Research Papers and Interview Article in Journal of the Japanese Institute of Landscape Architecture

FEAST HQ WG3_Publications

Three papers and one interview article as WG3 research outputs were published in Journal of the Japanese Institute of Landscape Architecture Vol.81, No.3 (Oct 2017). “Learning from GIAHS Landscapes” Daniel Niles (RIHN) p.260-p.263 “Conserving Local Crop Varieties – Cases from Iwaizumi-cho, Iwate Prefecture and Nanbu-cho, Aomori Prefecture” Ayako Kawi (Australian National University) p.272-273 “Expanding the Utilization of Wild Life Meat from the Viewpoint of Local Food System: A Case from Kushiro City” Norie Tamura (RIHN-FEAST) p.274-277 “Birthing a Small Economy – an Interview with the Representative of Kyoto Farmer’s Market” Interviewee: Atsuko Isaki, Interviewer: Mai Kobayashi (RIHN-FEAST) p.278-281    

Paper on wild meat utilization published in "Nogyou to Keizai (Agriculture and Economy)"

FEAST HQ WG3_Publications

A special topic on the potential of utilizing gibier (wild meat) was featured in “Nogyou to Keizai (Agriculture and Economy)” Vol. 84, No.6, in which an article “Distribution and consumption of wild meat in Japan: Creating a local food system*” by Norie Tamura (Project Senior Researcher/WG3 Chair) was published. In her article, she pointed out that utilization of wild meat may serve a double purpose of wildlife management and regional development, but at the same time, there are a number of issues that require careful considerations. She, therefore, laid out those issues to understand what needs to be considered to create an efficient and sustainable system to utilize wild meat. …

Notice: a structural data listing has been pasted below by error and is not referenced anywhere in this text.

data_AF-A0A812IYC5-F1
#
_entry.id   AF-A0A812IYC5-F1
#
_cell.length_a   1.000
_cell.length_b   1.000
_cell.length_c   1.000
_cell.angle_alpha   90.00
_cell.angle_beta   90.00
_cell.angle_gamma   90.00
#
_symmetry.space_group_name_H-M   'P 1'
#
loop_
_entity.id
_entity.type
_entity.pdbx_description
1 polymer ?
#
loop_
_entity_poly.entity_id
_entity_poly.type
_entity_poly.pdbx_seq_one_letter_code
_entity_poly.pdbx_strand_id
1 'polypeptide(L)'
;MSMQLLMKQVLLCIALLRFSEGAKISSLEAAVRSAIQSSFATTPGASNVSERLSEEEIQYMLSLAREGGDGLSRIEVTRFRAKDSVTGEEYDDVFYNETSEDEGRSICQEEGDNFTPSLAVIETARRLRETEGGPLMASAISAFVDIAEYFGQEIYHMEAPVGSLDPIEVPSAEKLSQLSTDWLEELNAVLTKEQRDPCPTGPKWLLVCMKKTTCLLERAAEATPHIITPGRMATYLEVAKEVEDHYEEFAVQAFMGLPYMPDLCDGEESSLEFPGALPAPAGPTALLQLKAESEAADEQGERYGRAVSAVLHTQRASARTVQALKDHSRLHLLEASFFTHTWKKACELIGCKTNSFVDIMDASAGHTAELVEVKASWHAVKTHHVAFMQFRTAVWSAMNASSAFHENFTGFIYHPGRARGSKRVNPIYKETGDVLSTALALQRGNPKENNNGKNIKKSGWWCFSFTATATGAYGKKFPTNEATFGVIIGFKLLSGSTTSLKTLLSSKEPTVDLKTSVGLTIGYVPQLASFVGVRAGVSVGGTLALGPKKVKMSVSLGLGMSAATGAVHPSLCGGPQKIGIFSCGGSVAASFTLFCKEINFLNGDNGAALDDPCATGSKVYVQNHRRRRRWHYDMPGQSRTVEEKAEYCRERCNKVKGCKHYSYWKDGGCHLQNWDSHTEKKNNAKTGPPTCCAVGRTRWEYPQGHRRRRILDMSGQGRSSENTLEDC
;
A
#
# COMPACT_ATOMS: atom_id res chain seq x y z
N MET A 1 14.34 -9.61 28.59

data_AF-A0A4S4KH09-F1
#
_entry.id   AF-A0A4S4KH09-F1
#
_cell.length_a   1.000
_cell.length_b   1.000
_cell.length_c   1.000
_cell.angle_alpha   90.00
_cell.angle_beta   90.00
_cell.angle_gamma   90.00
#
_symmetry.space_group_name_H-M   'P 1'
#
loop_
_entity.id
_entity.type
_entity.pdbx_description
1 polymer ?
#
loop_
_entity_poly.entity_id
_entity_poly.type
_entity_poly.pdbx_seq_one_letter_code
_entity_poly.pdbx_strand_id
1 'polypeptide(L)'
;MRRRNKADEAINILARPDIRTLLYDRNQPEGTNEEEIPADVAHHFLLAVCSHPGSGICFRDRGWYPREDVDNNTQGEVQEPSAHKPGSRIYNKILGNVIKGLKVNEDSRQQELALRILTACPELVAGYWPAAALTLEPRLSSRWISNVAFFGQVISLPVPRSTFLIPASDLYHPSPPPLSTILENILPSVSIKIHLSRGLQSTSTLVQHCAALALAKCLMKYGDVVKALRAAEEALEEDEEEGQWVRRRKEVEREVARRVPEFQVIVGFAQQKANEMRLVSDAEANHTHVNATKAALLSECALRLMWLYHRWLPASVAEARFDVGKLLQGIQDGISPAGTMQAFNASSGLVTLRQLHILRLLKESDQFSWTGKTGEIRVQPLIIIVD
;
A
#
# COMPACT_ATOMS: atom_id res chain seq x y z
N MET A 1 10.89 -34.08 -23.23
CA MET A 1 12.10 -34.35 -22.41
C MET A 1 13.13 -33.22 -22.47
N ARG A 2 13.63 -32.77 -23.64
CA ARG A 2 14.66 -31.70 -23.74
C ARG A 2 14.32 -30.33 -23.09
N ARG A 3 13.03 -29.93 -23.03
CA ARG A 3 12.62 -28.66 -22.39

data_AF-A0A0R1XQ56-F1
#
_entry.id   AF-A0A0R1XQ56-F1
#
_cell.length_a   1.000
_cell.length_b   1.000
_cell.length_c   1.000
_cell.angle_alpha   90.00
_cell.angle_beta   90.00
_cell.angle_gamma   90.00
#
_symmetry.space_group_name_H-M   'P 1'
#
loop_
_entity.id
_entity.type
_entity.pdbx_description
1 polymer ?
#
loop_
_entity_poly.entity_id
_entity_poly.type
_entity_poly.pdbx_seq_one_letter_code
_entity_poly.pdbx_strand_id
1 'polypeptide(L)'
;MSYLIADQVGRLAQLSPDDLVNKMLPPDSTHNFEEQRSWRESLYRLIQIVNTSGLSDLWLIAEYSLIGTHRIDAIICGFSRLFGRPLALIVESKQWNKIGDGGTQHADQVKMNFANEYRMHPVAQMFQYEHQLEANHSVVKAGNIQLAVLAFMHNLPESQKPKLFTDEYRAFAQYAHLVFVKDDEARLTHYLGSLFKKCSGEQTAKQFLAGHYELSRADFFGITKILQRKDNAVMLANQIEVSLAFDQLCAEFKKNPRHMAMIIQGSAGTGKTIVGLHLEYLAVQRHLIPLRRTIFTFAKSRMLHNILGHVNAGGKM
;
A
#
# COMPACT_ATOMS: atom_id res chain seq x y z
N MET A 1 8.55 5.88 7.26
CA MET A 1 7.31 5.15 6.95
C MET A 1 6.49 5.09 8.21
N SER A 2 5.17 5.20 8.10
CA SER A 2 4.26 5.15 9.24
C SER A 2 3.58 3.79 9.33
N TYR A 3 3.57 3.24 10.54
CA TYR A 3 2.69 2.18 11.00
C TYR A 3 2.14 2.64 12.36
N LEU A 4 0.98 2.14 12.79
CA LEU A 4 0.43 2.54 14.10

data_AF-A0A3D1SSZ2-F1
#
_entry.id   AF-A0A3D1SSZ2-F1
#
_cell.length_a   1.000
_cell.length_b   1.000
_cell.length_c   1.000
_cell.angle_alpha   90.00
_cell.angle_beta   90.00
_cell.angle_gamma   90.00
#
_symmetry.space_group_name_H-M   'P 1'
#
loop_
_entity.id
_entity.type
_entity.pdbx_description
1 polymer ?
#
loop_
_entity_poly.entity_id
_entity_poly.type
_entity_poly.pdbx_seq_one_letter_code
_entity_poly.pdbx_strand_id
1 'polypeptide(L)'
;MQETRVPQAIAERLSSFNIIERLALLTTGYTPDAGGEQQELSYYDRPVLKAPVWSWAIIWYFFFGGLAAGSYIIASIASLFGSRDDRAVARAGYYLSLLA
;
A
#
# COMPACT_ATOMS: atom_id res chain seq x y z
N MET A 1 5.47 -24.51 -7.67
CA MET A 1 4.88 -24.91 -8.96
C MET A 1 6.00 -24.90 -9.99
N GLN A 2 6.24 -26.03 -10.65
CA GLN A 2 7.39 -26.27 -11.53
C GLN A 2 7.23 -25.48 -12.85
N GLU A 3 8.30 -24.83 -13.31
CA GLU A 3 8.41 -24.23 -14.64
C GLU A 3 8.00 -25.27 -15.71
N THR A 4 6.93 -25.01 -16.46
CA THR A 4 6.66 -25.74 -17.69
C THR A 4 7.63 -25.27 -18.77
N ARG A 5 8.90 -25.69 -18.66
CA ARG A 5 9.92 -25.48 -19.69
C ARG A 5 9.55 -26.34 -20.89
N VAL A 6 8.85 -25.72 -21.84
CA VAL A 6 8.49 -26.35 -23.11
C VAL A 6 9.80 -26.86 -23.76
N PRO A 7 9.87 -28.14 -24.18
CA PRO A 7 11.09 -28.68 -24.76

Paper on the Carbon Minus Project, Kameoka City published in Annals of Environmental Science

FEAST HQ WG4_Publications

A journal article “A Rural Revitalization Scheme in Japan Utilizing Biochar and Eco-Branding: The Carbon Minus Project, Kameoka City” by Steven McGreevy, FEAST PL, and Prof. Akira Shibata, WG4 Chair/Ritsumeikan University was published in “Annals of Environmental Science” vol.4, 11-22(2010). Abstract: Like rural areas in many countries, Japanese rural society is experiencing decline in all spheres (depopulation, aging, lack of economic opportunity, and so on). Uncertainty in the future viability of agricultural livelihoods coupled with the collapse of the forestry sector has decreased the ecological resilience of the Japanese countryside, increasing overgrown forests, habitat and biodiversity loss, and costly wildlife damage to crops. As these rural crises are compounded by …